I recently guested on Aleyda Solis’ Crawling Monday series together James Brockbank. We discussed the fallacies and best practices of SEO strategies.
At one point, we talked about companies with very successful SEO strategies: Atlassian. Pinterest. CreditKarma. Amazon. I could have mentioned so many more.
But what really makes a successful SEO strategy?
I wrote about the fundamentals of a good SEO Strategy before but in this post, I want to zoom in on a simple tool that helps you find leverage against competitors and identify how you stack up.
It’s a numbers game
At the end of the day, even the most sophisticated machine learning algorithm uses numbers as input. That’s why Google quantifies words into word embeddings (vectors).
Ranking web results is no exception. In theory, Google’s ranking algorithms seem to have a numerical expectation for the top result. It’s just too complex for us to comprehend. But all results compete for different spots on a SERP and their “competitiveness” has to be compared somehow.
We can’t reconstruct those factors or signals but we can compare sites in the numbers we have available. It’s essentially competitive analysis, just at a high-level. And it’s a great tool to develop SEO strategies because it helps you find your strengths and competitors weaknesses.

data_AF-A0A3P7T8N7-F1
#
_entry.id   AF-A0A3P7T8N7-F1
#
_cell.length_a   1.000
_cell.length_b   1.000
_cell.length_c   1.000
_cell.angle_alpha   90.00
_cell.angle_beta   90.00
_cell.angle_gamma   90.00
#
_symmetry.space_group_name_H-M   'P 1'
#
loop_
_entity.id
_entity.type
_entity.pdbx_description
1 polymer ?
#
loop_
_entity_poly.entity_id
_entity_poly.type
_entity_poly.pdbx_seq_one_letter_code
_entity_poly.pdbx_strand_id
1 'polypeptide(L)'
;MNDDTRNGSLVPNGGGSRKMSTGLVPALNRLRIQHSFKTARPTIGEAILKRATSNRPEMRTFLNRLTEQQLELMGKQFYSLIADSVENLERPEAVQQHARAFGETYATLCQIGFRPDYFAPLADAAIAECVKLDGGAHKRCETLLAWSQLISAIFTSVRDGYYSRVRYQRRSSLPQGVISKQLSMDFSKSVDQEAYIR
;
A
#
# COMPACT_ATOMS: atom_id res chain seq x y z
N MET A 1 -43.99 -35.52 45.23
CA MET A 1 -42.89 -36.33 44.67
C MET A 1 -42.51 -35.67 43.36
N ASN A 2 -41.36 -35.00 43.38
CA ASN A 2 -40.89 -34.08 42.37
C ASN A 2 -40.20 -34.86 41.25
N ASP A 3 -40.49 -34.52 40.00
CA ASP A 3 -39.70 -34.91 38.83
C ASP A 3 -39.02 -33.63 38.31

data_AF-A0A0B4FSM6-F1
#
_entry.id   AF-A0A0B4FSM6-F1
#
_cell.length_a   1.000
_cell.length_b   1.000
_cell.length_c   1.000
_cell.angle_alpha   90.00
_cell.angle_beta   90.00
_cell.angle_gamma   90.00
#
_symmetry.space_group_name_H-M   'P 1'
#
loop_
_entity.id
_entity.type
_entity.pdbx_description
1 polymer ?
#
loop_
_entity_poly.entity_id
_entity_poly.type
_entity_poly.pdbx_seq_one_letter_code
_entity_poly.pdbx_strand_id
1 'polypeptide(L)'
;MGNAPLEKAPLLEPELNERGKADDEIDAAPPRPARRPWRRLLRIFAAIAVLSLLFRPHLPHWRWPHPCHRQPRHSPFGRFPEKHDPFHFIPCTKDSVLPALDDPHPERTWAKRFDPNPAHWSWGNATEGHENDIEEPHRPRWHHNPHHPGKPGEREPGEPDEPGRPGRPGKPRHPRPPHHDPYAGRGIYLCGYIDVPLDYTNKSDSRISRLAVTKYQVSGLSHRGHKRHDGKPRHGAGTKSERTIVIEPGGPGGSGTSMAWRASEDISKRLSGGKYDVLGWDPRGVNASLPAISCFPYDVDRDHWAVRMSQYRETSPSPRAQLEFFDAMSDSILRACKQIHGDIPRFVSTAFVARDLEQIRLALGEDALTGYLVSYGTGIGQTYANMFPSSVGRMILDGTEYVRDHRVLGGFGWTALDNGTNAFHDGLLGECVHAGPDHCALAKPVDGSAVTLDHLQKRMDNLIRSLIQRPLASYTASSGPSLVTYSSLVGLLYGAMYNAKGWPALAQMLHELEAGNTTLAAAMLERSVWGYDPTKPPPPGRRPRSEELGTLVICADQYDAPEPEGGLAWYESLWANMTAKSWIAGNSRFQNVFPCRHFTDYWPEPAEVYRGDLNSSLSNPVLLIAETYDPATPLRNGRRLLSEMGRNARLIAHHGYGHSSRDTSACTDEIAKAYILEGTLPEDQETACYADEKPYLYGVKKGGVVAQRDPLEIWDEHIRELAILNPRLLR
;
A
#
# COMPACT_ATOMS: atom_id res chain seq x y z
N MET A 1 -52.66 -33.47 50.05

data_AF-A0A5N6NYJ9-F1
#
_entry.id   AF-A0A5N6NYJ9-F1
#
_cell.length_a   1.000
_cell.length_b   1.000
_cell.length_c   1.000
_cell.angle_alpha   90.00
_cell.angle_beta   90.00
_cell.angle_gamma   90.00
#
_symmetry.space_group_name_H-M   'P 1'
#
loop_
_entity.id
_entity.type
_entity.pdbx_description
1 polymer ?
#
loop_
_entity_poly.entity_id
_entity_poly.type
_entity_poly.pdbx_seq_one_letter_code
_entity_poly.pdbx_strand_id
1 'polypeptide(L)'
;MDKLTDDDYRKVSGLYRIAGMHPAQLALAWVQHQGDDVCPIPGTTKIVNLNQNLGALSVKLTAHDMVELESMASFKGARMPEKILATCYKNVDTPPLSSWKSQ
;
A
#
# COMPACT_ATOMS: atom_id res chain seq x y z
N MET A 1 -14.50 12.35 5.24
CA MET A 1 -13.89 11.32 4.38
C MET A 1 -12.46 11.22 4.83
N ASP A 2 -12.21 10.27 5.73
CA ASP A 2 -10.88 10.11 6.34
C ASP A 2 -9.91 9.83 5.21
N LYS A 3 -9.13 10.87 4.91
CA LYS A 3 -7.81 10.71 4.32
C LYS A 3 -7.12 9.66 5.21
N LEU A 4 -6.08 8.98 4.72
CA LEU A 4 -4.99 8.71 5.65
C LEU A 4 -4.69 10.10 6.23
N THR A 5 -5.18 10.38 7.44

You could create a quadrant on which you compare sites in terms of how strong their content and backlink profile is. That’s the most basic level.
A step further would be adding a third axis to see where your site and others stand.
But the most helpful tool would be a tabular comparison of the most important link, content, and UX metrics.
A simple comparison sheet for SEO strategies
What makes this tool so effective is that it forces you to focus on the most important parts of SEO but still doesn’t get you lost in the details.
Please feel free to make a copy of the spreadsheet and pull metrics for your own site + competitors.
How to use the comparison tool
Pull numbers from the SEO tool you have (that’s why I wrote “Moz’ DA, SEMrush’s PS, Ahrefs’ DR in the metric column). The only metrics that are not available across several tools are Majestic’s Citation Flow and Trustflow. You can access these metrics in the free version but if you don’t want to, the model also works without them.
You get “indexed URLs” from a simple site query on Google, e.g. “site:domain.com”. Then, simply count the URLs. Is it perfectly accurate? No. But it should be enough for a high-level overview.
I added featured snippets, PAAs, and image packs as SERP Features but the model is meant for you to insert whatever makes the most sense for your verticals. For cooking sites, it would be recipe snippets, for software reviews sites, reviews. You get the hang.
Lastly, you can use Google’s Page Speed Tool for Web Vitals metrics.
The way I use the sheet is to add 3- 5 competitors and look at where my site is stronger vs. weaker. Then, I craft a plan to attack a competitor’s weak point or build out my strength. That could be simply creating more content or building a stronger backlink profile.
Make this tool your own thing. Add or take away metrics you deem important. Focus on subdirectories or subdomains. The possibilities are endless! What should remain is the principle of high-level comparison and using numbers to inform your strategy.